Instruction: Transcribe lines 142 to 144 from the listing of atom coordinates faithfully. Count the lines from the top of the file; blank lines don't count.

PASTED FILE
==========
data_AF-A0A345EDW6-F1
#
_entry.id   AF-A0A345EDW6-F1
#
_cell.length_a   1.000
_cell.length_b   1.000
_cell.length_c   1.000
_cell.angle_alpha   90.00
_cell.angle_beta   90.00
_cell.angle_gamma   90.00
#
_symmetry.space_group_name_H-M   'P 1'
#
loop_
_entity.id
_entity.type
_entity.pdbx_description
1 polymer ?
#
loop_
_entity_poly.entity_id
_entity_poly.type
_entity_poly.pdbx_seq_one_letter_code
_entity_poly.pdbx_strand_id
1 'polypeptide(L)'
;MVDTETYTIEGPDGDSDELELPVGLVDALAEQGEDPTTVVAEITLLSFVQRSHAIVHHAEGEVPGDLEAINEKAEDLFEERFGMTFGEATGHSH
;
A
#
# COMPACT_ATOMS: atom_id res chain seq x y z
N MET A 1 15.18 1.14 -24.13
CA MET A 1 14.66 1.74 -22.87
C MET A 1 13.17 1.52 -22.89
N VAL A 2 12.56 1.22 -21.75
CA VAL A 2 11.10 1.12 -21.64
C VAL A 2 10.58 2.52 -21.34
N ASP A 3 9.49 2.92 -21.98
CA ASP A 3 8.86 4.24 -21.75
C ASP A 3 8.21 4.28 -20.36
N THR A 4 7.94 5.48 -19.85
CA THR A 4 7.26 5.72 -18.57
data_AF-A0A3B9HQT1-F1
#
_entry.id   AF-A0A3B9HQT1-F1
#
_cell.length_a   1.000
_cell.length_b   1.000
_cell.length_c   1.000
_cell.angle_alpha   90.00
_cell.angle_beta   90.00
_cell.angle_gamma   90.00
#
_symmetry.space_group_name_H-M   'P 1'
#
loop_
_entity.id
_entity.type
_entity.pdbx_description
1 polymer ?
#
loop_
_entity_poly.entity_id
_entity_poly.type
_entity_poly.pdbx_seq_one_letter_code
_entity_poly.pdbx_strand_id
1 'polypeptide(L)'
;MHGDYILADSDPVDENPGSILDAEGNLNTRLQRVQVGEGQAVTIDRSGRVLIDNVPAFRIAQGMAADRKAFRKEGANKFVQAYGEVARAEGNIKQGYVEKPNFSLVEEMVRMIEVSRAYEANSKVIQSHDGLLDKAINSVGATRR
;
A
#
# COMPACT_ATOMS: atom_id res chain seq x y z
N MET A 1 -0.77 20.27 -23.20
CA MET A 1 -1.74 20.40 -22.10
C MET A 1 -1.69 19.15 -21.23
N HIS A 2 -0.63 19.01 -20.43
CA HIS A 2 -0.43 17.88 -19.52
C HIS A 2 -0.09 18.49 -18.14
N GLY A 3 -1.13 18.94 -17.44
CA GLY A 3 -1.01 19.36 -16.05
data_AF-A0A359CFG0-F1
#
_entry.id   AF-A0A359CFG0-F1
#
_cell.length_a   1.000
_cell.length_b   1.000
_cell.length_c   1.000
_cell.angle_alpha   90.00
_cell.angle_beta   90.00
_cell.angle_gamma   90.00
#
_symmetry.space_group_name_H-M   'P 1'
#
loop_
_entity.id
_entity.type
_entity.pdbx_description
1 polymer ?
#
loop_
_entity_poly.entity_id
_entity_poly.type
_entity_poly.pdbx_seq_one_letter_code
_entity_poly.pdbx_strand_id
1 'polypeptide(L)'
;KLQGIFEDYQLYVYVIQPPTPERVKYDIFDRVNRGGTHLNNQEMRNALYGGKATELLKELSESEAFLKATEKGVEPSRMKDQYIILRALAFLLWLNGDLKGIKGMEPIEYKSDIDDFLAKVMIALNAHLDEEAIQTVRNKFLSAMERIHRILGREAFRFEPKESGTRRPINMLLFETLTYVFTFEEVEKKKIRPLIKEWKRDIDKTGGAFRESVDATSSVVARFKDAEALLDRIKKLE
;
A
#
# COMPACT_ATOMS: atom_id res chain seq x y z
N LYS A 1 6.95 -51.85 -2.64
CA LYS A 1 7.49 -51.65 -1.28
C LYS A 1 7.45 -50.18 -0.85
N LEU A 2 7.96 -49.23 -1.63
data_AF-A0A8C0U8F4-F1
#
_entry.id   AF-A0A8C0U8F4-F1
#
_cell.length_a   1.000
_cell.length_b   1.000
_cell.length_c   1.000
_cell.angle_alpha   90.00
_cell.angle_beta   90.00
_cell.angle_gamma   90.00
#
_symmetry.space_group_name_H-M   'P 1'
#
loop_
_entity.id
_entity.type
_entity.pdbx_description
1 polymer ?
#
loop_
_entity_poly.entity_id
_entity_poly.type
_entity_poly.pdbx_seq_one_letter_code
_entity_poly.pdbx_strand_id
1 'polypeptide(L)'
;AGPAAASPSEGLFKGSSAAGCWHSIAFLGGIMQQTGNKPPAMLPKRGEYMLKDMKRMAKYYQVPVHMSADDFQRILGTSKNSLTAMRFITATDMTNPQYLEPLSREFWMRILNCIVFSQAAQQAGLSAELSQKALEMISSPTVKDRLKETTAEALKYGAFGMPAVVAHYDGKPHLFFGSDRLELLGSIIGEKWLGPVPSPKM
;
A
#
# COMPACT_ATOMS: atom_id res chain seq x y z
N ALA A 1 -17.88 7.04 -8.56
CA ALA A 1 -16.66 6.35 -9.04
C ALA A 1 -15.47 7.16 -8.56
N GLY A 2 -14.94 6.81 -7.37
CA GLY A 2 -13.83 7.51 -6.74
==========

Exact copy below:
#
# COMPACT_ATOMS: atom_id res chain seq x y z
N ALA A 1 -17.88 7.04 -8.56